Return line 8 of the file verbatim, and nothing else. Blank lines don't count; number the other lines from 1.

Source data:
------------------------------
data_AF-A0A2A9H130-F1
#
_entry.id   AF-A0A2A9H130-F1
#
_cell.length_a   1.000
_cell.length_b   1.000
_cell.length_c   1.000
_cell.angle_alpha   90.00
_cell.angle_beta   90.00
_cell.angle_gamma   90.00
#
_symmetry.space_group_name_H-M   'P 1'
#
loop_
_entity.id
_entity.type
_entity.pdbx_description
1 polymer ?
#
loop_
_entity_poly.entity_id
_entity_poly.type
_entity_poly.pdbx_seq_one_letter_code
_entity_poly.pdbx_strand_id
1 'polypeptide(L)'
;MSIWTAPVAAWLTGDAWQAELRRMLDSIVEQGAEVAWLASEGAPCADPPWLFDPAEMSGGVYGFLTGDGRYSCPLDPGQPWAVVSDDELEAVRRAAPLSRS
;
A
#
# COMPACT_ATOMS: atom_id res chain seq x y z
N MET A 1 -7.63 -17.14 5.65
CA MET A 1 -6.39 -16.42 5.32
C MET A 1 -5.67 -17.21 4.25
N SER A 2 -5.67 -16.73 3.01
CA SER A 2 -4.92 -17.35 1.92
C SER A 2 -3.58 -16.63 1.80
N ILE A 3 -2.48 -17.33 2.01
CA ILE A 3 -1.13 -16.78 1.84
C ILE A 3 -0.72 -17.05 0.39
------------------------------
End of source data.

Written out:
_cell.angle_alpha   90.00